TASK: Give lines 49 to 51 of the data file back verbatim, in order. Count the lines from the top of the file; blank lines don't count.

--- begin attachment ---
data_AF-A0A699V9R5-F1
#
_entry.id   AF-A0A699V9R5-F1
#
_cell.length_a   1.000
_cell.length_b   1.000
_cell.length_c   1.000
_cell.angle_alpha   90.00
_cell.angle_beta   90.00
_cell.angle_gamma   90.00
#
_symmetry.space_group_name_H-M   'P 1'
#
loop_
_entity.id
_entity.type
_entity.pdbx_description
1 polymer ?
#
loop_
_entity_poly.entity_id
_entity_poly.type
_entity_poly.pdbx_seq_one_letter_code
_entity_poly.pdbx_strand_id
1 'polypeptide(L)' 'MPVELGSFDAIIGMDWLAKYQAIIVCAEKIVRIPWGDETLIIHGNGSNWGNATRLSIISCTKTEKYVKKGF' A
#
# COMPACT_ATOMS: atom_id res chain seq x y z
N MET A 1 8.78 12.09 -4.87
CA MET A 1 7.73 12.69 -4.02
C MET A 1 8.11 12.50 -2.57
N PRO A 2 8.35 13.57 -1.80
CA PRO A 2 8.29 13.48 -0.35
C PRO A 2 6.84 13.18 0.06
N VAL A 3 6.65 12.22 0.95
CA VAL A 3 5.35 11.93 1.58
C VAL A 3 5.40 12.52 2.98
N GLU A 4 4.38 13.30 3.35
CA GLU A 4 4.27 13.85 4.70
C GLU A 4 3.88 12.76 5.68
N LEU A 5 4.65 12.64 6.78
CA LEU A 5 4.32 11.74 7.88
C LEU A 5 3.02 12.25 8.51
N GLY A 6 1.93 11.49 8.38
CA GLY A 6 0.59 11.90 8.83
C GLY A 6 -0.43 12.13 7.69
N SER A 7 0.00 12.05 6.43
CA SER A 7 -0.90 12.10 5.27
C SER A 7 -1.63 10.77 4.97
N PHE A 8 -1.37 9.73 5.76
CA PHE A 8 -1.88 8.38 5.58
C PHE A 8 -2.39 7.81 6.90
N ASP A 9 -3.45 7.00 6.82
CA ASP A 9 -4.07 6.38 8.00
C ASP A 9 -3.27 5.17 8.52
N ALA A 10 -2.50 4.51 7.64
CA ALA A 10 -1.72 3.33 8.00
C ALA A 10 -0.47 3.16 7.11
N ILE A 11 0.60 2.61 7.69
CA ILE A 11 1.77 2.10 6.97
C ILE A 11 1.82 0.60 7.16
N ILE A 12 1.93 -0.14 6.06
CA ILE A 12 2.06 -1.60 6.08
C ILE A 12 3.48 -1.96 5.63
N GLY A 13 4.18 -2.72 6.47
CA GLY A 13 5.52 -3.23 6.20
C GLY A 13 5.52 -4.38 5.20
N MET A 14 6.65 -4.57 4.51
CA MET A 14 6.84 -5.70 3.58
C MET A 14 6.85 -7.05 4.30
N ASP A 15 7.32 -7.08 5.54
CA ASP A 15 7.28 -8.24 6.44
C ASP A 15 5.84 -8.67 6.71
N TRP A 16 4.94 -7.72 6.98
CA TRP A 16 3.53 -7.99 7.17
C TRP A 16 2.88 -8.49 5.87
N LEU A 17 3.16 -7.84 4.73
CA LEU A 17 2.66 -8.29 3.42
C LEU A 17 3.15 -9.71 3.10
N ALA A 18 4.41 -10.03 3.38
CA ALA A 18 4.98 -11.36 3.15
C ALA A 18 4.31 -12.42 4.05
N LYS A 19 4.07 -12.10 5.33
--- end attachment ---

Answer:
N PHE A 8 -1.37 9.73 5.76
CA PHE A 8 -1.88 8.38 5.58
C PHE A 8 -2.39 7.81 6.90